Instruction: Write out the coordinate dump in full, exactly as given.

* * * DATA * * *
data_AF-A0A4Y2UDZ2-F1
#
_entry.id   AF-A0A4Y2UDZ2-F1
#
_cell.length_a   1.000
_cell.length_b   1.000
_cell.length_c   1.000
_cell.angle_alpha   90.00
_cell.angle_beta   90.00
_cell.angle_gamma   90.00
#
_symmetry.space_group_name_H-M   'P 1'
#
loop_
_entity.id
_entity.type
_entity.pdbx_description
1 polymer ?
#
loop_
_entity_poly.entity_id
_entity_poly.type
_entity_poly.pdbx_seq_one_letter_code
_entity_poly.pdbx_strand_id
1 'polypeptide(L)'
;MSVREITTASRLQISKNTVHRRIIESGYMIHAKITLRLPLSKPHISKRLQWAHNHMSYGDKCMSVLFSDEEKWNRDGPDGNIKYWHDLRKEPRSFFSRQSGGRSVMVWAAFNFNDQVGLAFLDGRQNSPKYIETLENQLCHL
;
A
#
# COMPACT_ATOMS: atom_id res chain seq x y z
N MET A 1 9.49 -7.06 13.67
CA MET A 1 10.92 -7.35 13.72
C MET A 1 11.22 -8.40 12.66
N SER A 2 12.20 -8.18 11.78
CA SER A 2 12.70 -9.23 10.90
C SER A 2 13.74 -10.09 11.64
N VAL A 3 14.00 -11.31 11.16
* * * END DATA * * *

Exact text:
data_AF-A0A4Y2UDZ2-F1
#
_entry.id   AF-A0A4Y2UDZ2-F1
#
_cell.length_a   1.000
_cell.length_b   1.000
_cell.length_c   1.000
_cell.angle_alpha   90.00
_cell.angle_beta   90.00
_cell.angle_gamma   90.00
#
_symmetry.space_group_name_H-M   'P 1'
#
loop_
_entity.id
_entity.type
_entity.pdbx_description
1 polymer ?
#
loop_
_entity_poly.entity_id
_entity_poly.type
_entity_poly.pdbx_seq_one_letter_code
_entity_poly.pdbx_strand_id
1 'polypeptide(L)'
;MSVREITTASRLQISKNTVHRRIIESGYMIHAKITLRLPLSKPHISKRLQWAHNHMSYGDKCMSVLFSDEEKWNRDGPDGNIKYWHDLRKEPRSFFSRQSGGRSVMVWAAFNFNDQVGLAFLDGRQNSPKYIETLENQLCHL
;
A
#
# COMPACT_ATOMS: atom_id res chain seq x y z
N MET A 1 9.49 -7.06 13.67
CA MET A 1 10.92 -7.35 13.72
C MET A 1 11.22 -8.40 12.66
N SER A 2 12.20 -8.18 11.78
CA SER A 2 12.70 -9.23 10.90
C SER A 2 13.74 -10.09 11.64
N VAL A 3 14.00 -11.31 11.16